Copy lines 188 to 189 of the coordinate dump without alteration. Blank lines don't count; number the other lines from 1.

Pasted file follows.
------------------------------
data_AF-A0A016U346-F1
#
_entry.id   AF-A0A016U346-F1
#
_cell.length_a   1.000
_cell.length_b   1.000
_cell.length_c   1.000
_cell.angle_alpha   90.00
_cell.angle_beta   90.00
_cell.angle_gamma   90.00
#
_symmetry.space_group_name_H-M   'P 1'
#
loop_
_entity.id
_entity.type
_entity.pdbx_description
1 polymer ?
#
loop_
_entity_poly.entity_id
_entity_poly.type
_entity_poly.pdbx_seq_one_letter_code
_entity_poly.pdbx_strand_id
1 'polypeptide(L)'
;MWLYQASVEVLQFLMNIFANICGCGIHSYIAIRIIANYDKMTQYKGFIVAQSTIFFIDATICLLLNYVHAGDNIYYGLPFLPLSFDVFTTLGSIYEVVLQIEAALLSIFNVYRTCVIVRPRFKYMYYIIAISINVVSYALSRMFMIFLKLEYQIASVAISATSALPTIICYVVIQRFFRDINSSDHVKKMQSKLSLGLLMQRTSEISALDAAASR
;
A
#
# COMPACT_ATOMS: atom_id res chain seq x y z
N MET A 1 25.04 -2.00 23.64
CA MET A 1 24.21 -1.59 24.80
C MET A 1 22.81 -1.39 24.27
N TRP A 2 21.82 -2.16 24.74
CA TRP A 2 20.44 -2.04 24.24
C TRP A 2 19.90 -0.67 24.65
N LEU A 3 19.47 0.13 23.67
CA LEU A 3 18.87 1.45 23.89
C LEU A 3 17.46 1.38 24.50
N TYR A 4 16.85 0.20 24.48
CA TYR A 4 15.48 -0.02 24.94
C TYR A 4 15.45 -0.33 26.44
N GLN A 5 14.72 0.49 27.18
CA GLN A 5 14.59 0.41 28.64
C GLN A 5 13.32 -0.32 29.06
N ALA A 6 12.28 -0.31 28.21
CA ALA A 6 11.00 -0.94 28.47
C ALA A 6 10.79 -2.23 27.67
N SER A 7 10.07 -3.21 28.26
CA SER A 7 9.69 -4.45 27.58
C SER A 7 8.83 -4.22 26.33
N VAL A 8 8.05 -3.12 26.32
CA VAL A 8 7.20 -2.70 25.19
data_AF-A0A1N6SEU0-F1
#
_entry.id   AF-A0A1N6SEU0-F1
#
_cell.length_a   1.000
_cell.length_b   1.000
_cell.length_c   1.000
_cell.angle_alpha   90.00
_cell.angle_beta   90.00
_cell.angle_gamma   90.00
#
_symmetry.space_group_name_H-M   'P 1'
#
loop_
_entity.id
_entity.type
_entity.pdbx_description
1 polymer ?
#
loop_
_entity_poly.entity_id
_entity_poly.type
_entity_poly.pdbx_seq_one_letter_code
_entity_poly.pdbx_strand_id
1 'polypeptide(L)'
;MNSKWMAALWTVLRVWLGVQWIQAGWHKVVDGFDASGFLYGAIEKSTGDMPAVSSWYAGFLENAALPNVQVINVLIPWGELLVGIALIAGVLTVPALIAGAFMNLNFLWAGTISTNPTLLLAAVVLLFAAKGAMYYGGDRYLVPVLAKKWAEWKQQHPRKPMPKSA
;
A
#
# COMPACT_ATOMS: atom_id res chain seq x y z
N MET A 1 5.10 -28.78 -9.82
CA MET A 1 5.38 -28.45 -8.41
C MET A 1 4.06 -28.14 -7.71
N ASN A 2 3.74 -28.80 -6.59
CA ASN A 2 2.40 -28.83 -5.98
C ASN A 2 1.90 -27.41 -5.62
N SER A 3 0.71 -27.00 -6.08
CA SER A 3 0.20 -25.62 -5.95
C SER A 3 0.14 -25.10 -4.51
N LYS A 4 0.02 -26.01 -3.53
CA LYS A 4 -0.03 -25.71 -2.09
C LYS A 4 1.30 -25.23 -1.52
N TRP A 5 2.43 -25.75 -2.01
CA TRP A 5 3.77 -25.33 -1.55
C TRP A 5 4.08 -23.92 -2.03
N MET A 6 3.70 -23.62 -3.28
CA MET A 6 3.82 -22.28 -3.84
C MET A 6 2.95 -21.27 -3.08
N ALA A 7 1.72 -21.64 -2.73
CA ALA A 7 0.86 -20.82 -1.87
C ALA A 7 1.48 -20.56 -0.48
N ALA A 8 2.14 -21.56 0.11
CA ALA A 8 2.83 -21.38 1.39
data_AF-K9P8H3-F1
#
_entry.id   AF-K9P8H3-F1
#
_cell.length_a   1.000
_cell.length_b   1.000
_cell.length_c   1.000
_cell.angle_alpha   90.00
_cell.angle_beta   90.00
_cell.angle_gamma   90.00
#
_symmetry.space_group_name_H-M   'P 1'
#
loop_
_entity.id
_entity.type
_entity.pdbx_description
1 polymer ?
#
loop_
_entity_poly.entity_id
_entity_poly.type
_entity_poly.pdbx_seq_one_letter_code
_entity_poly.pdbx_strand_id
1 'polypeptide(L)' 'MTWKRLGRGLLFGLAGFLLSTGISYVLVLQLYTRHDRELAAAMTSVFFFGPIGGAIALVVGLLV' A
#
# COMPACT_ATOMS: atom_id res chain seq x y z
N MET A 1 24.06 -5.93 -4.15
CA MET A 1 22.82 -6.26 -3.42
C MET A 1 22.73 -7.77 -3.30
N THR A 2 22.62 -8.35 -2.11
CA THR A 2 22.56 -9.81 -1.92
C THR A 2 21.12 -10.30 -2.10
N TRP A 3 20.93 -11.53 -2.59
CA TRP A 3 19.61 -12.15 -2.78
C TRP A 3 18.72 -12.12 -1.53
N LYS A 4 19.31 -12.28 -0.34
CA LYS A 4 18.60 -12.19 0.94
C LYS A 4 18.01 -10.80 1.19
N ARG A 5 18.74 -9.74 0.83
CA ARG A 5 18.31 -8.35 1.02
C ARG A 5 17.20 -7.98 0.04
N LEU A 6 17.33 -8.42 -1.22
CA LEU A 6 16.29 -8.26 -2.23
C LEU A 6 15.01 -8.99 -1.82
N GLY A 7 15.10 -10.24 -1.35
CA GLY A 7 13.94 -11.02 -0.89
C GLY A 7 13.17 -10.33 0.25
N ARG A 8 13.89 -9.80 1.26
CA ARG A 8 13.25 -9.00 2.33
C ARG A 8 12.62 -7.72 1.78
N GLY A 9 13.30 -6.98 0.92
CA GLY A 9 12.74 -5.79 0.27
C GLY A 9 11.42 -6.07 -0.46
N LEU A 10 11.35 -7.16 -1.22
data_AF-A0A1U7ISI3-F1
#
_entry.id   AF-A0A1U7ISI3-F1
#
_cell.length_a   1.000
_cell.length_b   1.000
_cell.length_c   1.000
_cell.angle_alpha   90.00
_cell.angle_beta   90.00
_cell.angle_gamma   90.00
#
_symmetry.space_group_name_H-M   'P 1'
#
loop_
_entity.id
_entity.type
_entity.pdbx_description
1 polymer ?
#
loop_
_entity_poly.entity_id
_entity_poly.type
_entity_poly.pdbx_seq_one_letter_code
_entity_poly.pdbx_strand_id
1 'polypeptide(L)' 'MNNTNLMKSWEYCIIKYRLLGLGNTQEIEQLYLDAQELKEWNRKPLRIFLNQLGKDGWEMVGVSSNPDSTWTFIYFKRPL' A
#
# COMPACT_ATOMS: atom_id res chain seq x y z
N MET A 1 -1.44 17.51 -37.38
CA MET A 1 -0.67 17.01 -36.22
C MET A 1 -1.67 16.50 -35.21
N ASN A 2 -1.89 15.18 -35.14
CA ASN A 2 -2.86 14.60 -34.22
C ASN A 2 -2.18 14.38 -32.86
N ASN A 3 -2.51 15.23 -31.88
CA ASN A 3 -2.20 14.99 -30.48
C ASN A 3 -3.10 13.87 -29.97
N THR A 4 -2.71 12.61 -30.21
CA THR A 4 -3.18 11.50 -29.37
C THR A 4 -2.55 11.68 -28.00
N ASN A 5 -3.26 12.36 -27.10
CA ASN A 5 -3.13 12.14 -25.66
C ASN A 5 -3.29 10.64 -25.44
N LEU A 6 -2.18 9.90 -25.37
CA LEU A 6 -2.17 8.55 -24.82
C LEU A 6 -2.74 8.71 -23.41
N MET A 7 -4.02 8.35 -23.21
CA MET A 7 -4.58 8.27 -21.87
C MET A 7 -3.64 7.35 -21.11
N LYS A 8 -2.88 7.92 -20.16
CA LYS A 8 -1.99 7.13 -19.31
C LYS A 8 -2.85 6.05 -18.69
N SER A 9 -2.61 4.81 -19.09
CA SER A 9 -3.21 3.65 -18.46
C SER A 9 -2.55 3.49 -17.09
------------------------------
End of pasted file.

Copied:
# COMPACT_ATOMS: atom_id res chain seq x y z
N MET A 1 -1.44 17.51 -37.38